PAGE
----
Zuma to Mark 20 Years Since Apartheid With 24% UnemployedMike Cohen, Neo Khanyile and Amogelang Mbatha
South African President Jacob Zuma is set to lay out the ruling party’s successes when he leads official celebrations to mark 20 years since the end of apartheid, amid a three-month long strike in the platinum industry and a 24 percent jobless rate.
Zuma, 72, will give a speech in Pretoria, the capital, on April 27 to commemorate Freedom Day, when South Africans of all races went to the polls for the first time in the 1994 election that brought the African National Congress under Nelson Mandela to power. The government is driving the celebrations this weekend at the Union Buildings under the theme of “South Africa, a better place to live in.”
In its two decades of rule, the ANC-led government has quelled political violence, scrapped discriminatory laws and ended segregation in suburbs, schools and universities. It’s been less successful in delivering on its 1994 election campaign slogan of “a better life for all,” with millions of black South Africans unemployed and living in squalor in shantytowns.
“What has been achieved in developmental terms in the short space of 20 years is unprecedented,” Aubrey Matshiqi, a research fellow at the Johannesburg-based Helen Suzman Foundation, which promotes constitutional democracy, said in an April 22 phone interview. “There are deficits in the pace, scope and quality of delivery. On balance we have done very well but could have done much better.”
Zuma has become a lightning rod for discontent. He’s been jeered in front of U.S. President Barack Obama and other world leaders at the December memorial service for Mandela, three weeks later at a soccer match and on several occasions while campaigning for May 7 elections.
Critics say the ANC no longer governs on behalf of the people. They point to the police shooting of 34 striking workers in August 2012 at a Lonmin Plc mine in Marikana, northwest of Johannesburg, and allegations by the nation’s anti-graft ombudsman that Zuma unduly benefited from 215 million rand ($20 million) in state spending to renovate his private home at Nkandla that included a swimming pool, an amphitheater and a cattle enclosure. Zuma denies any wrongdoing.
Archbishop Desmond Tutu, who won the 1984 Nobel Peace Prize for his opposition to apartheid and has criticized the ANC in the past, says democratic South Africa has made significant gains.
“We should pat ourselves on the back, we should boast and say we have done some remarkable things,” Tutu told reporters in Cape Town on April 23. “All of those prophets of doom said we were not going to make it. We have made it.”
In the past two years, frustration among poor communities has sparked an unprecedented wave of unrest. There were 214 strikes and protests over the lack of proper sanitation, housing and local government services in the first quarter of this year and 714 last year, according to the Pretoria-based Institute for Security Studies.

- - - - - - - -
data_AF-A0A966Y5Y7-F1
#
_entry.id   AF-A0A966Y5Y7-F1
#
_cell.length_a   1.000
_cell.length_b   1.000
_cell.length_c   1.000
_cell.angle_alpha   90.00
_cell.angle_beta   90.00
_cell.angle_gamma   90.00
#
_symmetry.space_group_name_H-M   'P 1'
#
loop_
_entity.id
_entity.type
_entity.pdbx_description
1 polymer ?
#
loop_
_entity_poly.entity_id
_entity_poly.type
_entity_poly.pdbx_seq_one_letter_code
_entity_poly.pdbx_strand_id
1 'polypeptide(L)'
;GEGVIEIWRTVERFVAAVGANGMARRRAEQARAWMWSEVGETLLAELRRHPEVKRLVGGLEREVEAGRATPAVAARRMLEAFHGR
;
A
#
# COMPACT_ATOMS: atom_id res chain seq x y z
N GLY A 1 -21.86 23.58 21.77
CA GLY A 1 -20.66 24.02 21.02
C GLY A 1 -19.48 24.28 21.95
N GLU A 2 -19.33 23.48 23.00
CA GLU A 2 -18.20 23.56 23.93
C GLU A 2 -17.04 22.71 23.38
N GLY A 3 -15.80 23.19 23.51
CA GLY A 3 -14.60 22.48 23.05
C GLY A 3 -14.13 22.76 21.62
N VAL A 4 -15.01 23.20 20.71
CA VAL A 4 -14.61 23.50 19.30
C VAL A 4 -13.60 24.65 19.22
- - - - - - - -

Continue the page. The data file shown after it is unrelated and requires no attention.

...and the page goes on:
A three-month strike this year over wages at platinum mines has crippled output in the world’s biggest producer.
ANC officials such as Treasurer-General Zweli Mkhize say the party is facing its toughest election yet, even though three recent polls show the ANC winning more than 60 percent support for a fifth straight time.
“There is also a whole mismatch between expectations and the reality of the availability of resources,” Mkhize said in an April 3 interview. “The question is: ‘After 20 years, how can I still be living in a shack?’”
The government has made headway in addressing some of apartheid’s worst deprivations, building 2.8 million homes for the poor and increasing access to water and electricity.
The proportion of the population of 53 million living below the extreme poverty line of 290 rand a month fell to 31.3 percent last year from 41.1 percent in 1994, as the number of welfare grant recipients swelled to 16 million from 2.7 million, according to official data.
“Since the ANC has come into power, we get treatment at the clinic for free,” said Basana Maswanganyi, a 34-year-old single mother of two who earns a living selling food on the streets of Alexandra, about 4 kilometers (2.5 miles) from the business district of Sandton. “At the pharmacy I wouldn’t spend less than 800 rand a month, and now I can get it for free. So that’s what I would say is a good change.”
Black citizens still earn on average a sixth of what their white counterparts do, a 2011 census showed, and 1.9 million households had no income at all. More than 10 million people lack proper shelter, as evidenced by the sprawling shantytowns that skirt almost every city.
The government has had mixed success in stoking an economy that was stifled by sanctions during apartheid. Growth has averaged 3.2 percent over the past two decades, lagging other emerging-market economies such as India, which expanded an average 6.8 percent. The unemployment rate has risen to 24.1 percent from 22.9 percent in 1994, with job creation failing to keep pace with the number of new entrants to the labor market, according to the International Monetary Fund.
The rand has dropped 15 percent against the dollar in the past year and was trading as low as 10.6637 in Johannesburg today.
Among the government’s biggest failures is an education system in which half of all children who start school drop out before completing the 12-year curriculum. South Africa’s mathematics and science education was the worst of 148 countries ranked by the Geneva-based World Economic Forum.
Cyril Ramaphosa, the ANC’s deputy president who’s among the frontrunners to replace Zuma when he ends his term in 2019, says South Africa needs more time.
“We could never have wiped out the poverty of our people which accumulated over decades and decades of apartheid misrule,” he said in a March 30 interview in Cape Town. “We have achieved a great deal.”